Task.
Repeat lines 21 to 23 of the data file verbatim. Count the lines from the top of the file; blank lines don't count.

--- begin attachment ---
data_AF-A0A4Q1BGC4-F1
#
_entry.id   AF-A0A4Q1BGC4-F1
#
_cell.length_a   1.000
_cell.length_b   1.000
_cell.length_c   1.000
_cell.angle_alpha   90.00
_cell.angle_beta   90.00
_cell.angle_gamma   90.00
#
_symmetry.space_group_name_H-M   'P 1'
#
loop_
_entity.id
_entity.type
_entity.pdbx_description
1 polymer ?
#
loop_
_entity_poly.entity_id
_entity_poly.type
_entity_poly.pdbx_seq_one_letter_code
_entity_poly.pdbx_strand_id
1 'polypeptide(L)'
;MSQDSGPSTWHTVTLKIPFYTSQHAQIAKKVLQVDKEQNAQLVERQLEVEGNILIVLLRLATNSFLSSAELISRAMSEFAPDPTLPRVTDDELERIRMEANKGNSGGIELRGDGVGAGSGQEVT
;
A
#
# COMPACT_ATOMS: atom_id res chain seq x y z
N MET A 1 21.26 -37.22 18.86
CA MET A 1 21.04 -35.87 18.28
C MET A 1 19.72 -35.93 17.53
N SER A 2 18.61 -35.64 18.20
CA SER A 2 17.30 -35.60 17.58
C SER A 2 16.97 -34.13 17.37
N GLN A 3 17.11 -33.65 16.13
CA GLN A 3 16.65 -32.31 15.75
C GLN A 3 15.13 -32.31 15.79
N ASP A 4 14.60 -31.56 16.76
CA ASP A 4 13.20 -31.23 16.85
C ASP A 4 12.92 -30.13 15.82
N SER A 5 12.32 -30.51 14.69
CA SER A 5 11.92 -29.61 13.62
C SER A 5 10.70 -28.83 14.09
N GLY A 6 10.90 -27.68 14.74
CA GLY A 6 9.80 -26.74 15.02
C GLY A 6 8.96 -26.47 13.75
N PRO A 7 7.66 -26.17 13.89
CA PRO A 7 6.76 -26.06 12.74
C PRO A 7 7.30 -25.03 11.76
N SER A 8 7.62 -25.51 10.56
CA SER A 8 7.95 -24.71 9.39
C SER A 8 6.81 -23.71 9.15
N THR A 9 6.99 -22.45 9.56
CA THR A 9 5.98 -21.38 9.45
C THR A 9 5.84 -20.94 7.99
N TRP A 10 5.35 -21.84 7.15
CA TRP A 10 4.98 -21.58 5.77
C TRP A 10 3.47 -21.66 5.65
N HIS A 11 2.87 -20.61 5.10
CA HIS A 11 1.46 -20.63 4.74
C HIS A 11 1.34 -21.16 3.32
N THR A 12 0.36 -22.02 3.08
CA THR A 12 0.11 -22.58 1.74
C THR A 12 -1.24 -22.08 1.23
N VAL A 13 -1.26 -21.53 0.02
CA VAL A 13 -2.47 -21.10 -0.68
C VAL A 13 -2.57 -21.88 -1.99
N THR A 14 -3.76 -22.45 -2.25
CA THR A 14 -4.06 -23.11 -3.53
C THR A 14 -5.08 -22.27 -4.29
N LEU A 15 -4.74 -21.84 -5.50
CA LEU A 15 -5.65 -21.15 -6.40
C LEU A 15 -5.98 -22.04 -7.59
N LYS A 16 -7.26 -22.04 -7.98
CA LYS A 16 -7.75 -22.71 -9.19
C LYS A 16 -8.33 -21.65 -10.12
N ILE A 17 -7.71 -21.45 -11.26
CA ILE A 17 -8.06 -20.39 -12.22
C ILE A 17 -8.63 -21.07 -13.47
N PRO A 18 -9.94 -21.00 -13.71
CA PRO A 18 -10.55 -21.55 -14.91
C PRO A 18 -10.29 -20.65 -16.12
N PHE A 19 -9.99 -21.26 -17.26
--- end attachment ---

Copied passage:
_entity_poly.entity_id
_entity_poly.type
_entity_poly.pdbx_seq_one_letter_code